Aquarium Rescue Unit, with Herring and the Colonel, swim into Front Range

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:: Aquarium Rescue Unit :: Fox Theatre :: January 20 and 21 :: 

 

By Jeffrey V. Smith

For respected rock-fusion guitarist Jimmy Herring, stepping back into his role in Aquarium Rescue Unit (ARU) will be like putting on a pair of favorite shoes he hasn’t worn in a while. “It’ll just be so comfortable,” he recently told The Marquee. The band, which was a favorite of the early ’90s pre-jam band explosion, reunites briefly for a pair of shows at the Fox Theatre Friday and Saturday, January 20-21. The rare reunion shows are the only ones planned by the band at this time.

ARU’s roots go back to a once-a-week gig at Atlanta’s Little Five Points Inn that featured a rotating cast of musicians backing Col. Bruce Hampton and his unconventional “out” musical philosophy. The cover was non-existent, the beers were 99 cents and the musicians went without paychecks. “It wasn’t something we were looking to get paid for,” Herring explained. In fact, when he discovered the group “it was more like performance art than music.” Later, after Herring was asked to join the band along with mandolin player Matt Mundy, he explained that it  “turned more toward a musical side with a performance art twist. If you’ve got Bruce, there will always be some craziness,” he added.

According to the musician — who at the time had already attended classes at Berklee College of Music, graduated from the California Guitar Institute of Technology and taught classes at the Atlanta Institute of Music — playing with Hampton “was a liberating experience. It was all about us learning from him how to play yourself; how not to be just a parrot. It’s not like he’s this technical virtuoso or anything, but he’s in-touch with himself and so many virtuosos just aren’t.”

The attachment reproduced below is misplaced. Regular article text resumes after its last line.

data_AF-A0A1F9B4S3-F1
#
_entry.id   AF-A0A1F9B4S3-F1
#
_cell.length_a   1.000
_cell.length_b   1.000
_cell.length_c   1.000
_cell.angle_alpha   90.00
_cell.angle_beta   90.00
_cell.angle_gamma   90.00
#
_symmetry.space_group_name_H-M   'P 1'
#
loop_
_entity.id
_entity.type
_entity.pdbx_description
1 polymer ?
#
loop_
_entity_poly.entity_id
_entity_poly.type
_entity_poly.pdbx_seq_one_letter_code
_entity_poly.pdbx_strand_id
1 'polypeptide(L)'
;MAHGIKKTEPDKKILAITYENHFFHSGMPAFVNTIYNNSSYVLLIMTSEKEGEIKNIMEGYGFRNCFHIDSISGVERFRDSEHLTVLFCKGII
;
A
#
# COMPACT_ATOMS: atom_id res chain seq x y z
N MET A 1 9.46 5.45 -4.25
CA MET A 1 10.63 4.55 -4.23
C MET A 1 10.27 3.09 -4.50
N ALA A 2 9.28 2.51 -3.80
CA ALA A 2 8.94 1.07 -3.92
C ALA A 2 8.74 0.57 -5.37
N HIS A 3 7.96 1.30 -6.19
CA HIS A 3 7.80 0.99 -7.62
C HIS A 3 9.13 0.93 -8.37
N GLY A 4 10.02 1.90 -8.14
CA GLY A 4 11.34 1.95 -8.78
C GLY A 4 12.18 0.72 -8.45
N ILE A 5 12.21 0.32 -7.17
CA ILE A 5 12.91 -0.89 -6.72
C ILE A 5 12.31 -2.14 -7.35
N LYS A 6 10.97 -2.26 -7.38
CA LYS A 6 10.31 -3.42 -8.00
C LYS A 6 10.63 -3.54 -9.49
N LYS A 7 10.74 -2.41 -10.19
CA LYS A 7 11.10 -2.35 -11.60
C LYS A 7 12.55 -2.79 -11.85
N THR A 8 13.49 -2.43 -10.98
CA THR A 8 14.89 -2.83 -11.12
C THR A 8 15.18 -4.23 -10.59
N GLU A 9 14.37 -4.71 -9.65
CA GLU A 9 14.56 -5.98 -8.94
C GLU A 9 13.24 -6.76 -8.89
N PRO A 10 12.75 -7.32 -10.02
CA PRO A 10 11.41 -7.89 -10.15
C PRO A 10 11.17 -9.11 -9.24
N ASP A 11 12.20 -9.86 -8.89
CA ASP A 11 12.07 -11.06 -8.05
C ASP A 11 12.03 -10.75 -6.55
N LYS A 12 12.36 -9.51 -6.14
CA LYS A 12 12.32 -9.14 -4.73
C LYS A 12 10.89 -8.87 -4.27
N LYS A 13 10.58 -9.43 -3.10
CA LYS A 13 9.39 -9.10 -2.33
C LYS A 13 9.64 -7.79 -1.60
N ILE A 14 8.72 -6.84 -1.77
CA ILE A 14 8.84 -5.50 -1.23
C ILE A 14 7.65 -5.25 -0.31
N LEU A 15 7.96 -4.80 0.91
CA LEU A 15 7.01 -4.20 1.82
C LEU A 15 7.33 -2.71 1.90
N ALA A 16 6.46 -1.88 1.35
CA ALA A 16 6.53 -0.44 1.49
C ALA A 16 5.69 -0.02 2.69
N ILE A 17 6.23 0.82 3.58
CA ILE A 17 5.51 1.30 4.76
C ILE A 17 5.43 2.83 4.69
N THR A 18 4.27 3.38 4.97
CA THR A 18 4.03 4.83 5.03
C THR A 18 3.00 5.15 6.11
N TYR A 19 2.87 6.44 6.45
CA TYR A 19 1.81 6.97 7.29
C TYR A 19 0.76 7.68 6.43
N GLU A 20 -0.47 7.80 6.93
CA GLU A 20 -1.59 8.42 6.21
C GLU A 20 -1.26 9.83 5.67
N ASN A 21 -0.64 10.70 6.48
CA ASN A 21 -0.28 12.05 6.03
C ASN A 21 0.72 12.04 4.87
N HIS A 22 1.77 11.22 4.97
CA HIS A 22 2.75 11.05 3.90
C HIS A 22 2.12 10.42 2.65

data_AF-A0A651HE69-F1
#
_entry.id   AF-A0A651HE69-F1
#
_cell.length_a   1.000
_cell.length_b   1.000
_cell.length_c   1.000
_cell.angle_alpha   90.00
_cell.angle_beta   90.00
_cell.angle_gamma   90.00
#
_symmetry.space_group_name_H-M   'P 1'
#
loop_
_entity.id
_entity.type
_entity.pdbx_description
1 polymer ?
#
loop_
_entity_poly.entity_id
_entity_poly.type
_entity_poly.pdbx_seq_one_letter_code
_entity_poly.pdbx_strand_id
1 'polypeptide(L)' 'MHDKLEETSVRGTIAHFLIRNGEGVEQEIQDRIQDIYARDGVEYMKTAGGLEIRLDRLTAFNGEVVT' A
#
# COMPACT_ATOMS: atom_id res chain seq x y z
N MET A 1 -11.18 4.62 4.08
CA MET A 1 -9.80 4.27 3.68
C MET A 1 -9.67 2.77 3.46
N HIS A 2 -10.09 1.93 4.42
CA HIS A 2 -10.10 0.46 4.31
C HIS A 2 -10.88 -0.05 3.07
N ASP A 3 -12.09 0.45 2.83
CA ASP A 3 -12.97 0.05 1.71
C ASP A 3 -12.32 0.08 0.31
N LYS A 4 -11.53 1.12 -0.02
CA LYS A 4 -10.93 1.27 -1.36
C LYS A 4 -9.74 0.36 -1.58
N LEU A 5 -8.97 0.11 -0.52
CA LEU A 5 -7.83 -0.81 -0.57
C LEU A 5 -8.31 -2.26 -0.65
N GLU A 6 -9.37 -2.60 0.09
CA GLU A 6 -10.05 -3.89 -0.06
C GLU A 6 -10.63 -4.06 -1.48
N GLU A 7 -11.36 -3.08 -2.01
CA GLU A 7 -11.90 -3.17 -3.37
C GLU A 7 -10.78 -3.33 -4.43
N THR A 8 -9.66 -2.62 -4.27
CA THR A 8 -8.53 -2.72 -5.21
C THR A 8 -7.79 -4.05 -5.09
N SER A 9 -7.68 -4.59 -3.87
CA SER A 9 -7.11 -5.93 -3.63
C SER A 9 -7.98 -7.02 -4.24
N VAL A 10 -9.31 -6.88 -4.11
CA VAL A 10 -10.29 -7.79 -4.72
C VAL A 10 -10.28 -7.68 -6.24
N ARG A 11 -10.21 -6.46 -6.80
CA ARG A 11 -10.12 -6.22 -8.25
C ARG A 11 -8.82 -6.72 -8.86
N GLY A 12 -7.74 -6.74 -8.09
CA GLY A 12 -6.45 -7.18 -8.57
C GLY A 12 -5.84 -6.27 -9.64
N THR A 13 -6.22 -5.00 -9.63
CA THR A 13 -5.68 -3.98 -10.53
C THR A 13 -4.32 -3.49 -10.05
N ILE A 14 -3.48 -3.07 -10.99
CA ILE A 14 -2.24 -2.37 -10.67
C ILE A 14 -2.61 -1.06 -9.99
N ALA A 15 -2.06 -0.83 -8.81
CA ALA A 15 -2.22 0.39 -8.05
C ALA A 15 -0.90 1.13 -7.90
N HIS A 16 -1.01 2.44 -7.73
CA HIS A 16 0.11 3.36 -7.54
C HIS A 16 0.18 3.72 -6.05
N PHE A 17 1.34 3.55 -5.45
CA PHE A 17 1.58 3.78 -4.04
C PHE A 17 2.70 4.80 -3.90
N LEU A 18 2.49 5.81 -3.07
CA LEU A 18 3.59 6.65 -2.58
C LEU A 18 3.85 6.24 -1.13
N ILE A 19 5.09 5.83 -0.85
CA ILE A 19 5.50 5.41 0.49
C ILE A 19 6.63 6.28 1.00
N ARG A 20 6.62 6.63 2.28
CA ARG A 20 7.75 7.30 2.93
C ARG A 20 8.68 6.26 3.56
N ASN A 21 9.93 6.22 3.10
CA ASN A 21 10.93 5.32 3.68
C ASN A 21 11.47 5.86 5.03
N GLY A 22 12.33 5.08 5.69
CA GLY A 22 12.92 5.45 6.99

Herring said Hampton had that “one thing” that kept everyone in the band fascinated, which was “this dude can play himself no matter what.” While the guitarist maintains that Hampton’s music “might not be what mainstream America considers acceptable,” it was “really appealing” to the band’s members. “It was the one night a week we could play whatever we wanted. It was a real open situation.”

The cast of musicians that would eventually form the touring and recording band began to solidify when drummer Jeff Sipe , who went on to play with Colorado’s Leftover Salmon, hooked up with Hampton. After his first experience with Bruce, Herring immediately called his friend and bassist Oteil Burbridge, who is best known for his recent work with the Allman Brothers Band, and told him he had to check it out because it was so cathartic. Eventually, in 1989 they invited Herring to play. Initially, Mundy, Charles Williams and Jeff Mosier—who later founded Blueground Undergrass — also played in the band. “We just kinda followed Bruce around for about six years, and learned a lot,” Herring said of the experience.

When Herring finally joined the band, he had already been playing with Burbridge, Sipe (a.k.a. Apt. Q258) and Williams, but he was really drawn to the experience with Hampton “because it was real liberating. It wasn’t like anything else I’d ever done.” According to Herring, the music was “simple,” like roots music. “The simpler things are, from the start, the more you can improvise and do things with it,” he explained. “That was what that group was all about; taking the simplest things and just implying other things over it.” Those “other things” included a fusion of bluegrass, rock, Latin, jazz, and flawless chops.